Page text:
Greed may have been good for Gordon Gekko. but in the investment world it rarely is. As Warren Buffett is famous for saying “…be fearful when others are greedy and greedy when others are fearful” [and now is such a time]…to start showing some level of fear here in the face of extreme greed by the crowd. The crowd can be right for a long time, but they are rarely right at extremes. While this time may be different, the probabilities suggest that at the very least it will be a more difficult environment for equities going forward.
The above are edited excerpts from an article* by Charlie Bilello, Director of Research (pensionpartners.com) entitled Fearful When Others Are Greedy.
The following article is presented by Lorimer Wilson, editor of www.munKNEE.com (Your Key to Making Money!), www.FinancialArticleSummariesToday.com (A site for sore eyes and inquisitive minds) and the FREE Market Intelligence Report newsletter (sample here; register here) and has been edited, abridged and/or reformatted (some sub-titles and bold/italics emphases) for the sake of clarity and brevity to ensure a fast and easy read. This paragraph must be included in any article re-posting to avoid copyright infringement.
Bilello goes on to say in further edited (as indicated) excerpts:
Investors are unequivocally greedy today, and with some perspective it is hard to blame them. After all, stocks are at all-time highs and the Federal Reserve continues to encourage risk taking with the most expansionary monetary policy in history. Risk has become a thing of the past as it feels like an eternity since we’ve experienced a real correction. Volatility is also near record lows, which further engenders confidence in the belief that buying equities here is a risk-free transaction.
Why is any of this a problem? Isn’t confidence a good thing which will only lead more and more people to buy in, aka the “greater fool”? It certainly can be – and most of the time sentiment data is just noise.
However, last week we moved past the noise level to an extreme in one of the longest running sentiment polls: Investors Intelligence. Last week’s poll showed 58.3% Bulls and only 17.3% Bears. The spread between Bulls and Bears of 41% is higher than 94% of historical readings and at a level from which further equity gains were much harder to come by.
Let’s have a look at the data.
As you can see by the tables below, the forward S&P 500 returns following a Bull-Bear spread of greater than 40% are significantly below average. The average 26-week (6-month) and 52-week (1-year) S&P returns following such extreme readings are only 1.2% and 1.6% respectively. This compares to average 6-month and 1-year returns of 4.0% and 8.3% in all time periods.
You’ll correctly note that while below average, these returns are still positive. This is true as the equity market has a strong upward bias over time and there are few indicators (not subject to data mining) that actually point to negative average forward returns. From my perspective, significantly below average is about as close as it gets to a negative reading. Also, being close to 0% average returns implies that nearly half of the forward returns are negative, which is actually the case.
What are the odds that what happens next will mirror the sharp declines following extreme readings seen in April 2011 and October 2007? Not very high, as sharp declines are indeed quite rare. Buffett instructs investors to be “fearful” when others are greedy, not to “sell short” when others are greedy as markets tend to rise over time and picking tops is an impossible task. Also, investors can remain greedy for long periods of time.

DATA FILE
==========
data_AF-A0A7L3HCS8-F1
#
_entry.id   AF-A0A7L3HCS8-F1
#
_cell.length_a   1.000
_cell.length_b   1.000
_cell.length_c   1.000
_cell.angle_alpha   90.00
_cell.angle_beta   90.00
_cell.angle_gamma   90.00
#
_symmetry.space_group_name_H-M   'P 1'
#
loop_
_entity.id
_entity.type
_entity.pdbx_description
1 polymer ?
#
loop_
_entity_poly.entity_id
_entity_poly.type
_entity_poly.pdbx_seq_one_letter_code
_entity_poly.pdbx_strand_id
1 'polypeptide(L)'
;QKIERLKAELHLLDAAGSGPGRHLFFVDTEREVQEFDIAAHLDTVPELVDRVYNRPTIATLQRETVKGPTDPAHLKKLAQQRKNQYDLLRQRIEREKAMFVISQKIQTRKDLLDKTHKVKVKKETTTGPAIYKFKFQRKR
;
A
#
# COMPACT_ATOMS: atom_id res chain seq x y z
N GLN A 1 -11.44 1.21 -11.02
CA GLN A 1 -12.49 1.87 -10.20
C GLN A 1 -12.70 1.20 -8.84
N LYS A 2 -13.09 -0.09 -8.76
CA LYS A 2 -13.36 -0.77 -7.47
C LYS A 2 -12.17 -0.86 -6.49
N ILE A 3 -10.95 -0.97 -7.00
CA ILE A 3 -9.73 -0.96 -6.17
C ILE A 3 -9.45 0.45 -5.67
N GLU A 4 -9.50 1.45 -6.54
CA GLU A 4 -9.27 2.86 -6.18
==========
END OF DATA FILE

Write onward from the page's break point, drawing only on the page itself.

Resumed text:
What we can say, though, is that the odds of below average returns going forward are certainly higher today than if we saw a more muted level of optimism among investors. We have seen this first hand in 2014 following the extreme sentiment readings witnessed at the end of last year. We’re now five months into the year and the average stock as reflected by the Russell 2000 (IWM) is down on the year, while defensive areas like Utilities (XLU) and long duration Treasuries (TLT) are up over 13%. Despite the constant barrage of headlines on “new all-time highs,” it has cost you nothing in 2014 to respect the sentiment extremes entering the year and act in a more “fearful” manner.
…You would be wise to start showing some level of fear here in the face of extreme greed by the crowd. The crowd can be right for a long time, but they are rarely right at extremes. While this time may be different, the probabilities suggest that at the very least it will be a more difficult environment for equities going forward.
Editor’s Note: The author’s views and conclusions in the above article are unaltered and no personal comments have been included to maintain the integrity of the original post. Furthermore, the views, conclusions and any recommendations offered in this article are not to be construed as an endorsement of such by the editor.
*http://pensionpartners.com/blog/?p=336; © 2014 Pension Partners, LLC – All Rights Reserved. (This writing is for informational purposes only and does not constitute an offer to sell, a solicitation to buy, or a recommendation regarding any securities transaction, or as an offer to provide advisory or other services by Pension Partners, LLC in any jurisdiction in which such offer, solicitation, purchase or sale would be unlawful under the securities laws of such jurisdiction. The information contained in this writing should not be construed as financial or investment advice on any subject matter. Pension Partners, LLC expressly disclaims all liability in respect to actions taken based on any or all of the information on this writing.)
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